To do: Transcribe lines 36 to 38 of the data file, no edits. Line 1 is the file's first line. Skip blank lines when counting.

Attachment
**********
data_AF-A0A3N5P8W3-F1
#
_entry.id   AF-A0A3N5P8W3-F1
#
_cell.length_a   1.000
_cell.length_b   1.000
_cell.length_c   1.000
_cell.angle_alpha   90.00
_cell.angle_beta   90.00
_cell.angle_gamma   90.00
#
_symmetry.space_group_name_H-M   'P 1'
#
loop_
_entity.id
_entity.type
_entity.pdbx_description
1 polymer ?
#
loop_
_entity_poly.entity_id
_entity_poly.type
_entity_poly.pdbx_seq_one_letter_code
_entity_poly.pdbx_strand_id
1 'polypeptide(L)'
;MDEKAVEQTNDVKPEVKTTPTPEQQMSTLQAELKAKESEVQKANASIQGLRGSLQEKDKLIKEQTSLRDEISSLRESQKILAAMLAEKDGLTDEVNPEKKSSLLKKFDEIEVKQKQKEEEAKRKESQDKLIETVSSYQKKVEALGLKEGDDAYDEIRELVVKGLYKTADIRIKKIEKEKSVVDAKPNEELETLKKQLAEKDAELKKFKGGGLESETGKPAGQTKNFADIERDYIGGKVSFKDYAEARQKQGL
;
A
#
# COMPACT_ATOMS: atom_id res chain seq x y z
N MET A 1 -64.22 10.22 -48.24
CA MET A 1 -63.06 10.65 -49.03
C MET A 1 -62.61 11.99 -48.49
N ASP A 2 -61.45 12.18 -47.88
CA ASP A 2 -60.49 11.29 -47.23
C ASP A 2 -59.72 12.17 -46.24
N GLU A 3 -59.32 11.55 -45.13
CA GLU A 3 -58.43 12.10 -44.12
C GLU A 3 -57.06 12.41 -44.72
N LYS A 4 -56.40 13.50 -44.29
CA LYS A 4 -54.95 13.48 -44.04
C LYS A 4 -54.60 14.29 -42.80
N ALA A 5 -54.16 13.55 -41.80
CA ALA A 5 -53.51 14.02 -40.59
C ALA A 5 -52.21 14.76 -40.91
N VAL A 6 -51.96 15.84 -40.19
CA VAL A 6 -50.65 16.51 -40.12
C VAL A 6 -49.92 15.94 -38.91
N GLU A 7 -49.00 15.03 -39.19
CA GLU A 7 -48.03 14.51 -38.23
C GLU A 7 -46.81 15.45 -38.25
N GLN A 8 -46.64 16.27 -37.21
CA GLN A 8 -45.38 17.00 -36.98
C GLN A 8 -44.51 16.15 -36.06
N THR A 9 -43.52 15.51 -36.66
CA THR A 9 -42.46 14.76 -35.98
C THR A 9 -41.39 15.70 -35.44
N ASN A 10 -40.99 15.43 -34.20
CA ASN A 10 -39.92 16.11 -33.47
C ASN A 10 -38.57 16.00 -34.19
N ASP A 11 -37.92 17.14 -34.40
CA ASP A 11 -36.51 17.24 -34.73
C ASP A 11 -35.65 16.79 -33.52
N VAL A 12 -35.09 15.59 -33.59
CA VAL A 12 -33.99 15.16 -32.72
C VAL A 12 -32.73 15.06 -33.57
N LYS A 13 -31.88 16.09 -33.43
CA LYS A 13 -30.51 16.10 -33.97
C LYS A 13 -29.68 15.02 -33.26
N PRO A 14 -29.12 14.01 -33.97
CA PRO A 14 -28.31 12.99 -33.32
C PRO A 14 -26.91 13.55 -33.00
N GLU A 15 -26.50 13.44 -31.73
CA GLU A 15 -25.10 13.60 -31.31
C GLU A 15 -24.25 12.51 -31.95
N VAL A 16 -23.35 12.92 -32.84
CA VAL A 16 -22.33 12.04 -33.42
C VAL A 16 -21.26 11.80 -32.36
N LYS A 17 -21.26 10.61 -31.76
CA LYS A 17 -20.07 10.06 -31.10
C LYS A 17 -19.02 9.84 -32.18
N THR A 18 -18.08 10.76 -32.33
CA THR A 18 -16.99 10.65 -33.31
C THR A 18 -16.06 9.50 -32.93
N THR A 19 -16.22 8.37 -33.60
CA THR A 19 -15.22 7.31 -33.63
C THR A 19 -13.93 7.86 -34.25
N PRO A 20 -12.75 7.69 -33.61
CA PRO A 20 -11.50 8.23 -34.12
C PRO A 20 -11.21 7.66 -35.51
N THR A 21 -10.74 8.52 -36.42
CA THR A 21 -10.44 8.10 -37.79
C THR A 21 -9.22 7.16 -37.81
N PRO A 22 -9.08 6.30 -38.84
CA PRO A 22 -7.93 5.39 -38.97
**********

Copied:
C ASP A 2 -59.72 12.17 -46.24
N GLU A 3 -59.32 11.55 -45.13
CA GLU A 3 -58.43 12.10 -44.12